February 2016

February 24, 2016

Twenty-eight students from Grand View Middle School competed at the 2016 Cherokee County Science Fair on Tuesday, February 2nd. Out of the twenty-eight students, eight students placed in their category. 
Front row L-R:  Cesar Sierra, Senior Division 2nd place in Engineering; Daphne Eidson, Senior Division 1st place in Behavioral Science; Danielle Chanate, Junior Division 3rd place in Biology; Breanna Stewart, Senior Division 1st place in Biology
Back row L-R: Jolene Thompson Senior Division 3rd place in Medicine and Health; Caden Goss Senior Division 3rd place in Biology; Gracyn Crittenden, Senior Division 3rd place in Physics; Charley Kelley Senior Division 2nd place in Medicine and Health

 
 

February 23, 2016

 
Eighth grader, Ty Fixin, was recently named to the All Tournament Team at the Organization of Rural Elementary Schools State Tournament held in Shawnee, OK. Ty played for Grand View School in the Division I Boys tournament. When asked how he felt about being named to the All Tournament Team, Ty said, "I was very excited when I found out Saturday after the game"

February 19, 2016

Basketball teams are State bound.

February 18, 2016

Grand View RoboChargers compete

February 18, 2016 from Tahlequah Daily Press

The Grand View School RoboChargers competed at their second robotics tournament on Jan. 30 at Keys Elementary School.

The teams experienced success, with one team ranking second in its division and almost qualifying to compete in the final rounds. The first-year teams worked successfully under pressure through the engineering process.

The Cherokee Nation Foundation donated two VEX IQ sets, which will enable Grand View to have a younger team of fifth- and sixth-graders. Cherokee Data Solutions donated a $250 scholarship for parts to the RoboChargers. This will help the team buy new parts when the game for 2016-2017 is revealed in April.

The team has also received support and instruction from Sequoyah High School, Northeastern State University, Tahlequah Public Schools, and others.

February 15, 2016

Grand View parents worried about school’s future

February 15, 2016 by Renee Fite from Tahlequah Daily Press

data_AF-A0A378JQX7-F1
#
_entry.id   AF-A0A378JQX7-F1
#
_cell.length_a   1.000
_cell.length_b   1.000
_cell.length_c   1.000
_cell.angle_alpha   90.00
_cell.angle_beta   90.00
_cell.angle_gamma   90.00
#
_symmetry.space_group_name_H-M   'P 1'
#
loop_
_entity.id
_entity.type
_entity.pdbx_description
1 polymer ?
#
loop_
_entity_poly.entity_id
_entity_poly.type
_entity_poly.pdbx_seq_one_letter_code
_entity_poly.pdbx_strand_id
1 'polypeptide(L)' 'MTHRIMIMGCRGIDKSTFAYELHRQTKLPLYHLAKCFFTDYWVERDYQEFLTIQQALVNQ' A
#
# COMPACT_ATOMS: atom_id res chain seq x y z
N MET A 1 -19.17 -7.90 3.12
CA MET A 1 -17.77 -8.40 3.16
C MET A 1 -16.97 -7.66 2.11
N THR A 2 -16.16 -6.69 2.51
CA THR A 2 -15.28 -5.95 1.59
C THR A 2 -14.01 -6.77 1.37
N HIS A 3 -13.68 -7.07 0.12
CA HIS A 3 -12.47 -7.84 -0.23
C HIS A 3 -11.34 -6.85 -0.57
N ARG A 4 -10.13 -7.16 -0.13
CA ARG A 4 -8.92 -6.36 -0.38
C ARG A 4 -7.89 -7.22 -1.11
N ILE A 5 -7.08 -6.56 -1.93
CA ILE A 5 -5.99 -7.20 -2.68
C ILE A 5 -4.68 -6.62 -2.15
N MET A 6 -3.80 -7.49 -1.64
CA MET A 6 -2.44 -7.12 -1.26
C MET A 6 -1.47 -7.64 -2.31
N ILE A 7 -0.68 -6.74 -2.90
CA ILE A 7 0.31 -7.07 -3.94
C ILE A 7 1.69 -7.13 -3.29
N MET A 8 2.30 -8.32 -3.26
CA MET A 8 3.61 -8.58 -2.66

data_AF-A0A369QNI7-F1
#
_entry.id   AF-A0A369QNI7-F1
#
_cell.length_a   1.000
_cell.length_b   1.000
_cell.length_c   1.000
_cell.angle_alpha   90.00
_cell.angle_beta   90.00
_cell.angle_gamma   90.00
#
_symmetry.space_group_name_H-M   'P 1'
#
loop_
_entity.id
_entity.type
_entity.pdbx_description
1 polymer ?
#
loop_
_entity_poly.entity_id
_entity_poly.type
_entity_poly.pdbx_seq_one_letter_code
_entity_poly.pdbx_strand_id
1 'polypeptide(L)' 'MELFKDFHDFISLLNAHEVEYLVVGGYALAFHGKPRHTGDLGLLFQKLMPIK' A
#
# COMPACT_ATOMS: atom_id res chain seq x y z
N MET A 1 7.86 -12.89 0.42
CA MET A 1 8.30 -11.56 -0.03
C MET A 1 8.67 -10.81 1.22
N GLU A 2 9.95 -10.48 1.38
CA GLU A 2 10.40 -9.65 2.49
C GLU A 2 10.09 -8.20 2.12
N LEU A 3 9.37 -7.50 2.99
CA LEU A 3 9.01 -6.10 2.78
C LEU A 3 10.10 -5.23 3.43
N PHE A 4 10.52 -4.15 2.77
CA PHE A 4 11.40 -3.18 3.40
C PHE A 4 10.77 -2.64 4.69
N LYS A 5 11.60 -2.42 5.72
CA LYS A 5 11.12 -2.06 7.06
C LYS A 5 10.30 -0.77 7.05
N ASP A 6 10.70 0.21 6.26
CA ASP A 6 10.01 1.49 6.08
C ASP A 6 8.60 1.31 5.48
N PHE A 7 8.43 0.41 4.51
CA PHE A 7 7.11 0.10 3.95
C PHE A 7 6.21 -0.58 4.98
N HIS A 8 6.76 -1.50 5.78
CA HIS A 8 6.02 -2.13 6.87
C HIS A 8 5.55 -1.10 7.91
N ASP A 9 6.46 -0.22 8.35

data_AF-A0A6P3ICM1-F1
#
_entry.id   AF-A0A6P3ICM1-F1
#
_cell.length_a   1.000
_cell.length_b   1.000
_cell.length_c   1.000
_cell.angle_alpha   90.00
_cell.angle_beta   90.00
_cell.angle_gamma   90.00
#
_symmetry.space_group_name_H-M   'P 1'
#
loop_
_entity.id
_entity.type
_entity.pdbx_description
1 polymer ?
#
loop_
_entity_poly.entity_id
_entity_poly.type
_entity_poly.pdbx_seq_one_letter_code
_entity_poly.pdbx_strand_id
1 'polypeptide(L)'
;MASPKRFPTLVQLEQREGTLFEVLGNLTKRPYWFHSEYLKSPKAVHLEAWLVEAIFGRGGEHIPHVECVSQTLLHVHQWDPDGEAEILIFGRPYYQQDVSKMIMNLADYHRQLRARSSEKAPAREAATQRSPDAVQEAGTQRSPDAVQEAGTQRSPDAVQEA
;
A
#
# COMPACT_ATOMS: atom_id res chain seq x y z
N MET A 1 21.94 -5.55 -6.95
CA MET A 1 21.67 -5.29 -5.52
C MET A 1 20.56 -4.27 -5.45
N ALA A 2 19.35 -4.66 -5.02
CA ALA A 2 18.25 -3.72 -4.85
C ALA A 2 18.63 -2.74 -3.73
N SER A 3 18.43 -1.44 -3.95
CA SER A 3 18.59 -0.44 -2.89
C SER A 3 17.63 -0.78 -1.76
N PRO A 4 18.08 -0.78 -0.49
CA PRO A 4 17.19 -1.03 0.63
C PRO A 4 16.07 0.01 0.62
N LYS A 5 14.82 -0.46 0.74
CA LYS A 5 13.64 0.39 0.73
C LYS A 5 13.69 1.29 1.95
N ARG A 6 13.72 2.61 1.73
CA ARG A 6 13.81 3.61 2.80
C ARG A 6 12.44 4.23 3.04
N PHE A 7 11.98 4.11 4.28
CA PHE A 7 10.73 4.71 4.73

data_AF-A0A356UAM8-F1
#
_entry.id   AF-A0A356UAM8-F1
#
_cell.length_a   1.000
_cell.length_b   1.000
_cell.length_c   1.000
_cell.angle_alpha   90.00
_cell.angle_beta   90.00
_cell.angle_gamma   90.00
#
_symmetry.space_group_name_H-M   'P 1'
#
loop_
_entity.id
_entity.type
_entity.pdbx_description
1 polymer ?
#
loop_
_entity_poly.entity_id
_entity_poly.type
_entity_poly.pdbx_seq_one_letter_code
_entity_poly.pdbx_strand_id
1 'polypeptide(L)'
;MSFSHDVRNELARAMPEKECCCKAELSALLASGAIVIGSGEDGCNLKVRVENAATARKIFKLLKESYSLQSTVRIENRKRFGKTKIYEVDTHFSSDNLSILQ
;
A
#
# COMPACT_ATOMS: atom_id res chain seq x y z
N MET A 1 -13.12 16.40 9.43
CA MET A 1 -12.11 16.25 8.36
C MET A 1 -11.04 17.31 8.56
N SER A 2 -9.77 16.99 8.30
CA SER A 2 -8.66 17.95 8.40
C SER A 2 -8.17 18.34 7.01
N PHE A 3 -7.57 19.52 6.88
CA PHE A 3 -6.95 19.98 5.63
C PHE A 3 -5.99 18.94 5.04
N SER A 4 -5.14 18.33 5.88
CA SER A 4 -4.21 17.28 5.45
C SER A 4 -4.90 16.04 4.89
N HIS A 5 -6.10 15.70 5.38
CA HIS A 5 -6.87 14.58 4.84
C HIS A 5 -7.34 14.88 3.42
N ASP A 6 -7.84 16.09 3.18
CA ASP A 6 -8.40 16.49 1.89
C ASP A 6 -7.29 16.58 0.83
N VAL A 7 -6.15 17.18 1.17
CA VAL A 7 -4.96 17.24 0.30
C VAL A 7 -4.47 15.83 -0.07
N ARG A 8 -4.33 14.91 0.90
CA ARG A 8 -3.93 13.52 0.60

Concern over Grand View School’s possible closure brought about 100 parents and staff to hear Derald Glover, Fort Gibson Schools superintendent, speak Thursday night about funding and the future of rural schools.

Grand View also hosted the Do Your Best Parent University, with several community service providers and educational representatives set up at tables around the room.

Ideas for supporting the school, encouragement to contact legislators, and the financial impact schools will experience due to budget cuts were shared by Glover. He pointed out oil drives the economy in Oklahoma.

“Income tax is our most stable revenue,” he said.

Glover explained tax cuts since 2005 have cut the state’s revenue by about $3 billion, with the average tax payer receiving about $19 a month in return, while oil and gas industries have received more than $200 million in tax incentives since 2008.

He asked students in the audience if they would like a four-day week and got a positive response.

“Will a four-day week save money? I’ve put the pencil to paper, and it doesn’t save enough to make it worthwhile,” said Glover. “Ask your legislators to make education a priority in actions. Tell them you can’t support them if they can’t.”

 

Two seats are coming open due to term limits: those held by Sen. Earl Garrison and Rep. Mike Brown.

“Put someone in there who will make your child’s education a priority. Tell [him] – and I mean the people running for election, ‘If you won’t fight for us, we’ll get someone in there who will,’” he said. “We are the top state in the nation in education cuts.”

February 12, 2016

Grand View School recently received a Celestron Handheld Digital Microscope donated by the Tahlequah Rock and Mineral Society. Grand View's Technology Director, Trevor Crouch, assisted in connecting the microscope to the school's smartboard so students could see items projected and enlarged.  The microscope has the ability to magnify up to 200x.  TRAMS also donated 12 samples of items students can use to magnify. Mr. Rhoads enlarged those items and the students took turns guessing what the item was. "This microscope can give you a perspective, or view, that you can't see with your eye," science teacher, Brett Bryant, informed the students. Pictured L-R: TRAMS representatives Sally Brasel and Darryl "Dusty" Rhoads, Trevor Crouch, and Brett Bryant.